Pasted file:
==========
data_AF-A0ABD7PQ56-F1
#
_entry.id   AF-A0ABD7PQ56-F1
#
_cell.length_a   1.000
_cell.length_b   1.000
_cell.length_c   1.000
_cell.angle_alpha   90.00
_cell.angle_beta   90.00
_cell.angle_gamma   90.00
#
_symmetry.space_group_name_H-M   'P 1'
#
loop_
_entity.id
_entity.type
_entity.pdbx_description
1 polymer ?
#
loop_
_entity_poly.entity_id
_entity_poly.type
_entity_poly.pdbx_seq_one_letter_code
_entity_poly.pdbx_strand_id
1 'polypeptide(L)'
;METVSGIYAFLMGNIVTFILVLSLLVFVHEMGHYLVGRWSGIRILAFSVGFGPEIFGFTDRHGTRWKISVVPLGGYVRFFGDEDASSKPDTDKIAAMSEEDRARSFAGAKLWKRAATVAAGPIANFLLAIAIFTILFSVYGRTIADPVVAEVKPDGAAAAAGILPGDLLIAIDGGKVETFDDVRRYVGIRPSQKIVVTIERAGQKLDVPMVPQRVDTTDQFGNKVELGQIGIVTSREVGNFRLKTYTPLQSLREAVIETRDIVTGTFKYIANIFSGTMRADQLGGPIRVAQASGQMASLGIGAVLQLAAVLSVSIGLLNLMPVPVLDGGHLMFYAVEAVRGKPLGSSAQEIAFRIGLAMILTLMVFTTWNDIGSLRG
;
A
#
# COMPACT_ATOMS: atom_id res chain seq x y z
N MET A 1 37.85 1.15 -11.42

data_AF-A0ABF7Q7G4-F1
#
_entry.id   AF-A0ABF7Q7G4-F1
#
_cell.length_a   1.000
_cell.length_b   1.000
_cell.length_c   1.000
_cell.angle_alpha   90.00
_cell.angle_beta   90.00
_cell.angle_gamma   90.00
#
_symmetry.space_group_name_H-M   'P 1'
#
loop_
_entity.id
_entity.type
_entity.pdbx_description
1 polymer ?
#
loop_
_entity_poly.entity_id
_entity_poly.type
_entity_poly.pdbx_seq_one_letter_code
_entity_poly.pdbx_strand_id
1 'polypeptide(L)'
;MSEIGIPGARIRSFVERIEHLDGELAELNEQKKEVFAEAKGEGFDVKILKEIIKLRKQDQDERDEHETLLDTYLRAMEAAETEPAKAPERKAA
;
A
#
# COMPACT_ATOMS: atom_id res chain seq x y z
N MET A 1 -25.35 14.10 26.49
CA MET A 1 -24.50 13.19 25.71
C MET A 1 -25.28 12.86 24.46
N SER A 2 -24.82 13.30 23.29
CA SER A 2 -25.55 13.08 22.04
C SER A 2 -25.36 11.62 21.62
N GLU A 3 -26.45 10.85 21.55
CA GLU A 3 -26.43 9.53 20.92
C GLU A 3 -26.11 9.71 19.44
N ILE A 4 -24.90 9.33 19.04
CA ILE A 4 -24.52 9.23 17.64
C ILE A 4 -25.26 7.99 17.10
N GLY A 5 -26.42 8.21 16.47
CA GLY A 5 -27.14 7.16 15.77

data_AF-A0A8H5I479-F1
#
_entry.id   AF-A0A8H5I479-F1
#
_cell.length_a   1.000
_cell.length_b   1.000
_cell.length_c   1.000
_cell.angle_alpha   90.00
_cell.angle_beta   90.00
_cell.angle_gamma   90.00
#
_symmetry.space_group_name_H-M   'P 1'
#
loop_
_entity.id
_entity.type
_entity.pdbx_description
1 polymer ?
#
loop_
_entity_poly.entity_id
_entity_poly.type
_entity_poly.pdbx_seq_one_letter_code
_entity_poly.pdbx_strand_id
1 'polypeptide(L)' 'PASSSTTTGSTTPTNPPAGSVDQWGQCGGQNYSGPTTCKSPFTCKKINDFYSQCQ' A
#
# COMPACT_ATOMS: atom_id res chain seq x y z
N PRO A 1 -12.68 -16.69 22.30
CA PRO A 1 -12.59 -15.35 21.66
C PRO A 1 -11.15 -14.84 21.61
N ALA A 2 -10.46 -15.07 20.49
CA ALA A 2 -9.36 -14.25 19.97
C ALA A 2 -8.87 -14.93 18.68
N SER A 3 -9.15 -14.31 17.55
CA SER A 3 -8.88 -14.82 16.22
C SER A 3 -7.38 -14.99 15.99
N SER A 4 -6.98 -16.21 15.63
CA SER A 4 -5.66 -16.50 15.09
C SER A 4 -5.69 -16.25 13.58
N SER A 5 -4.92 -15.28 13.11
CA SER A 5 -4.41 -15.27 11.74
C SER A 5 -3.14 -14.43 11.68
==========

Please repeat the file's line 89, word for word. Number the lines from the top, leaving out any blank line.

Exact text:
loop_